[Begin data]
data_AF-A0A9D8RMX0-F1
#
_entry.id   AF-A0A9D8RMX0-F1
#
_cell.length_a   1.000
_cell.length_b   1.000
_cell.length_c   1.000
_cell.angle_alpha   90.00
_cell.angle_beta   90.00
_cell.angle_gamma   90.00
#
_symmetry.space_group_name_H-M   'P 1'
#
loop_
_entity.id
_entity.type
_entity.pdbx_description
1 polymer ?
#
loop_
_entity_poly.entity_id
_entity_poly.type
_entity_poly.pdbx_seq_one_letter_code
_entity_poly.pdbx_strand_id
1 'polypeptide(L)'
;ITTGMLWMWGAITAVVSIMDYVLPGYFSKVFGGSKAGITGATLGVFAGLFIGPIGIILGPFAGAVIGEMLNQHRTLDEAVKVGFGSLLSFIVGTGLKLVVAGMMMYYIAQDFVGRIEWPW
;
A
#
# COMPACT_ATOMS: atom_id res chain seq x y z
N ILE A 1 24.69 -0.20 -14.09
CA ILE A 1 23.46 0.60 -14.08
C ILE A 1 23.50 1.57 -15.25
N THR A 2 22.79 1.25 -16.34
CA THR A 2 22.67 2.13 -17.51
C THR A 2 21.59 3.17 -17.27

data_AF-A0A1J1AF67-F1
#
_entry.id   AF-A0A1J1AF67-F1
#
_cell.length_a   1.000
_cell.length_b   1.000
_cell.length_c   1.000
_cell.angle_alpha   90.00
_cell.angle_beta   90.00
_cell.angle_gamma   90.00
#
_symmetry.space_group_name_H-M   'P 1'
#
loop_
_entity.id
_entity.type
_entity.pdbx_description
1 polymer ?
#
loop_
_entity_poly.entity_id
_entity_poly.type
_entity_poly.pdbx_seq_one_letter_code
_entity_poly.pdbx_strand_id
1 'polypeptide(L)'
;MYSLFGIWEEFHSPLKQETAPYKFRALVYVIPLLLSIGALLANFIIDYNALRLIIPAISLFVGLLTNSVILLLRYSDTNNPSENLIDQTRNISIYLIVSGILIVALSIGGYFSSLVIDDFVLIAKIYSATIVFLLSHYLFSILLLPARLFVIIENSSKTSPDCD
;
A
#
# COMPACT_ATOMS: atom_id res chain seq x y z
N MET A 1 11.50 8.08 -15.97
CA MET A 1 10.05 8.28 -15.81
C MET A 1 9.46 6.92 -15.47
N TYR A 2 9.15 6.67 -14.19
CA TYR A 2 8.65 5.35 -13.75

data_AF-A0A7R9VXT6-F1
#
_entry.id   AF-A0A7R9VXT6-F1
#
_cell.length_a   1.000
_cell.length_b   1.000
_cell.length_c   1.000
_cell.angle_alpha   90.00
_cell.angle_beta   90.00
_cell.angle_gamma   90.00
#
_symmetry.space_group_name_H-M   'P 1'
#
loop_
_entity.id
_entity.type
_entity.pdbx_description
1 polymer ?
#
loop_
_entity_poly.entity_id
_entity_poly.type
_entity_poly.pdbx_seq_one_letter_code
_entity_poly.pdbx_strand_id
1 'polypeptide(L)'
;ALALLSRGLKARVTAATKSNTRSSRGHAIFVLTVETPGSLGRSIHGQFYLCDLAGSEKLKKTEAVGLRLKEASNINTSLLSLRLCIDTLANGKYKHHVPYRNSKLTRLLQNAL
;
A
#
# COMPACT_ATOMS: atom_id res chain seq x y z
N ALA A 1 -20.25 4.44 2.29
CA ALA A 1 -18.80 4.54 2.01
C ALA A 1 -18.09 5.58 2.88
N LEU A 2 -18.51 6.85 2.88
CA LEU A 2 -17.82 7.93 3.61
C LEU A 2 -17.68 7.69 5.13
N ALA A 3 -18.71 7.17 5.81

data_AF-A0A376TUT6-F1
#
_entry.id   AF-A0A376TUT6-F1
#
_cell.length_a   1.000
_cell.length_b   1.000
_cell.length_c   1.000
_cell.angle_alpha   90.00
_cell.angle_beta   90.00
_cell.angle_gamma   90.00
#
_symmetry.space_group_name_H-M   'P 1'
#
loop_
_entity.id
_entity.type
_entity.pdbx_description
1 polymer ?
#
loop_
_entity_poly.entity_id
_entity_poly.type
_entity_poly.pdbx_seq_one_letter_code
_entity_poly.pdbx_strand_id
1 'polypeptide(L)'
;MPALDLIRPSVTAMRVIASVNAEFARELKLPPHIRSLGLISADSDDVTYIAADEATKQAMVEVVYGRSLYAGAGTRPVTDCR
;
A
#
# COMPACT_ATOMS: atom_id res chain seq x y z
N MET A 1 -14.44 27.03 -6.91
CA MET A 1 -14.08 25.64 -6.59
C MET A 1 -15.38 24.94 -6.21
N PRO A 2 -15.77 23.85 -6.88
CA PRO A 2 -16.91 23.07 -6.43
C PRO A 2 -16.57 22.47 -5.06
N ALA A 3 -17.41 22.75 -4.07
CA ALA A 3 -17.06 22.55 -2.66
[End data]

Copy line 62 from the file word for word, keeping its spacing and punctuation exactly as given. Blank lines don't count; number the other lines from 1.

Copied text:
;MYSLFGIWEEFHSPLKQETAPYKFRALVYVIPLLLSIGALLANFIIDYNALRLIIPAISLFVGLLTNSVILLLRYSDTNNPSENLIDQTRNISIYLIVSGILIVALSIGGYFSSLVIDDFVLIAKIYSATIVFLLSHYLFSILLLPARLFVIIENSSKTSPDCD